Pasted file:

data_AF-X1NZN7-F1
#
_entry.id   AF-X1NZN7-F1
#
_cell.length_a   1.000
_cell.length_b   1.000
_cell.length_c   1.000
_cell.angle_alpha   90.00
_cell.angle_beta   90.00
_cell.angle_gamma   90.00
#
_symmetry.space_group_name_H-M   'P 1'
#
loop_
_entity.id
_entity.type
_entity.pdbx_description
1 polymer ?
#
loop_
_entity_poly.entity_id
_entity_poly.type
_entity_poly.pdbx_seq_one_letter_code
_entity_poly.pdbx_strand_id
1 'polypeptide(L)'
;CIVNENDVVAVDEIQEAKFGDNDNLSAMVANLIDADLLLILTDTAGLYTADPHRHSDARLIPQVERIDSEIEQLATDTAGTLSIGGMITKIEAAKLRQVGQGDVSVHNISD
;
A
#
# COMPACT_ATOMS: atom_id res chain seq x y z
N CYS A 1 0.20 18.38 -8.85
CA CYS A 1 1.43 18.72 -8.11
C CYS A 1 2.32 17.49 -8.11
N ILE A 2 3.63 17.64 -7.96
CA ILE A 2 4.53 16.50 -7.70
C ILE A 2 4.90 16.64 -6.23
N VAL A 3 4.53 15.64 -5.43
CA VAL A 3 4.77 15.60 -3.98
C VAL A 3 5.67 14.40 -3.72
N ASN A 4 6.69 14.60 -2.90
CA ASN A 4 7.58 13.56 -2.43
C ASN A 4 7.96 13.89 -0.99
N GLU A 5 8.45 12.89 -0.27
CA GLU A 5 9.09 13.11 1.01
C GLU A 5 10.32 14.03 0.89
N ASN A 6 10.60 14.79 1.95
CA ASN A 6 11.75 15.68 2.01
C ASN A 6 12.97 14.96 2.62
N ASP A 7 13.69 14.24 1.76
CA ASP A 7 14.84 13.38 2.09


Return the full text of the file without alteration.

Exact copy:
data_AF-X1NZN7-F1
#
_entry.id   AF-X1NZN7-F1
#
_cell.length_a   1.000
_cell.length_b   1.000
_cell.length_c   1.000
_cell.angle_alpha   90.00
_cell.angle_beta   90.00
_cell.angle_gamma   90.00
#
_symmetry.space_group_name_H-M   'P 1'
#
loop_
_entity.id
_entity.type
_entity.pdbx_description
1 polymer ?
#
loop_
_entity_poly.entity_id
_entity_poly.type
_entity_poly.pdbx_seq_one_letter_code
_entity_poly.pdbx_strand_id
1 'polypeptide(L)'
;CIVNENDVVAVDEIQEAKFGDNDNLSAMVANLIDADLLLILTDTAGLYTADPHRHSDARLIPQVERIDSEIEQLATDTAGTLSIGGMITKIEAAKLRQVGQGDVSVHNISD
;
A
#
# COMPACT_ATOMS: atom_id res chain seq x y z
N CYS A 1 0.20 18.38 -8.85
CA CYS A 1 1.43 18.72 -8.11
C CYS A 1 2.32 17.49 -8.11
N ILE A 2 3.63 17.64 -7.96
CA ILE A 2 4.53 16.50 -7.70
C ILE A 2 4.90 16.64 -6.23
N VAL A 3 4.53 15.64 -5.43
CA VAL A 3 4.77 15.60 -3.98
C VAL A 3 5.67 14.40 -3.72
N ASN A 4 6.69 14.60 -2.90
CA ASN A 4 7.58 13.56 -2.43
C ASN A 4 7.96 13.89 -0.99
N GLU A 5 8.45 12.89 -0.27
CA GLU A 5 9.09 13.11 1.01
C GLU A 5 10.32 14.03 0.89
N ASN A 6 10.60 14.79 1.95
CA ASN A 6 11.75 15.68 2.01
C ASN A 6 12.97 14.96 2.62
N ASP A 7 13.69 14.24 1.76
CA ASP A 7 14.84 13.38 2.09